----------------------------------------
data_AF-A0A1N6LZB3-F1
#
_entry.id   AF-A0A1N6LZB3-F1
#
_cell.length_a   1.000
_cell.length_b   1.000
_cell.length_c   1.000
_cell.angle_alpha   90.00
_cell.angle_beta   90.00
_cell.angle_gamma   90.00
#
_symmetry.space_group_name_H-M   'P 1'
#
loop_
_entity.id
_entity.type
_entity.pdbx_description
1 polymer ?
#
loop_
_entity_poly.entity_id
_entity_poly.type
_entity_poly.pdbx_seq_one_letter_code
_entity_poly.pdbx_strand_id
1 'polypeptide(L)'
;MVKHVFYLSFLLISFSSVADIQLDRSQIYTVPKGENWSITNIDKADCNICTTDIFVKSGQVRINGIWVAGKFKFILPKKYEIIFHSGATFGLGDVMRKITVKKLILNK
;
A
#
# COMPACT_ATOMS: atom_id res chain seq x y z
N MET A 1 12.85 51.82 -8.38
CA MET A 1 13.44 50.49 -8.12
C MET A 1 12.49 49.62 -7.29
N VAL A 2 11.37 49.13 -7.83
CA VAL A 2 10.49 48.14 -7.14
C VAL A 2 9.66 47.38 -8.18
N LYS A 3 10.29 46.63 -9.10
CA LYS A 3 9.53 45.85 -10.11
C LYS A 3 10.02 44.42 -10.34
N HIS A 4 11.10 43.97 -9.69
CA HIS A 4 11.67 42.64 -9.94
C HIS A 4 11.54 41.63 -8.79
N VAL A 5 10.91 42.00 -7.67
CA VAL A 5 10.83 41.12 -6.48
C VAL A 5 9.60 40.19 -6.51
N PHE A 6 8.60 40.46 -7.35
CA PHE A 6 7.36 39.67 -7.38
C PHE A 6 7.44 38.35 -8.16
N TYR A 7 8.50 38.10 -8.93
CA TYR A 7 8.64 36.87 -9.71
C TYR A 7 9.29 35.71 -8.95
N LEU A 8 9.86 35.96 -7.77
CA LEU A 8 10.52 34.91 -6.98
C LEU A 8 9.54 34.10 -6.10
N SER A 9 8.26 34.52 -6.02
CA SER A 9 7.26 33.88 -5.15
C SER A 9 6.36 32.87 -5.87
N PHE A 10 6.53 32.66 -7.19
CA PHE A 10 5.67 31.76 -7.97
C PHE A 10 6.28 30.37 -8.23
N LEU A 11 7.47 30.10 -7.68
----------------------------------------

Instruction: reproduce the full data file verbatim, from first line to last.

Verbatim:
data_AF-A0A1N6LZB3-F1
#
_entry.id   AF-A0A1N6LZB3-F1
#
_cell.length_a   1.000
_cell.length_b   1.000
_cell.length_c   1.000
_cell.angle_alpha   90.00
_cell.angle_beta   90.00
_cell.angle_gamma   90.00
#
_symmetry.space_group_name_H-M   'P 1'
#
loop_
_entity.id
_entity.type
_entity.pdbx_description
1 polymer ?
#
loop_
_entity_poly.entity_id
_entity_poly.type
_entity_poly.pdbx_seq_one_letter_code
_entity_poly.pdbx_strand_id
1 'polypeptide(L)'
;MVKHVFYLSFLLISFSSVADIQLDRSQIYTVPKGENWSITNIDKADCNICTTDIFVKSGQVRINGIWVAGKFKFILPKKYEIIFHSGATFGLGDVMRKITVKKLILNK
;
A
#
# COMPACT_ATOMS: atom_id res chain seq x y z
N MET A 1 12.85 51.82 -8.38
CA MET A 1 13.44 50.49 -8.12
C MET A 1 12.49 49.62 -7.29
N VAL A 2 11.37 49.13 -7.83
CA VAL A 2 10.49 48.14 -7.14
C VAL A 2 9.66 47.38 -8.18
N LYS A 3 10.29 46.63 -9.10
CA LYS A 3 9.53 45.85 -10.11
C LYS A 3 10.02 44.42 -10.34
N HIS A 4 11.10 43.97 -9.69
CA HIS A 4 11.67 42.64 -9.94
C HIS A 4 11.54 41.63 -8.79
N VAL A 5 10.91 42.00 -7.67
CA VAL A 5 10.83 41.12 -6.48
C VAL A 5 9.60 40.19 -6.51
N PHE A 6 8.60 40.46 -7.35
CA PHE A 6 7.36 39.67 -7.38
C PHE A 6 7.44 38.35 -8.16
N TYR A 7 8.50 38.10 -8.93
CA TYR A 7 8.64 36.87 -9.71
C TYR A 7 9.29 35.71 -8.95
N LEU A 8 9.86 35.96 -7.77
CA LEU A 8 10.52 34.91 -6.98
C LEU A 8 9.54 34.10 -6.10
N SER A 9 8.26 34.52 -6.02
CA SER A 9 7.26 33.88 -5.15
C SER A 9 6.36 32.87 -5.87
N PHE A 10 6.53 32.66 -7.19
CA PHE A 10 5.67 31.76 -7.97
C PHE A 10 6.28 30.37 -8.23
N LEU A 11 7.47 30.10 -7.68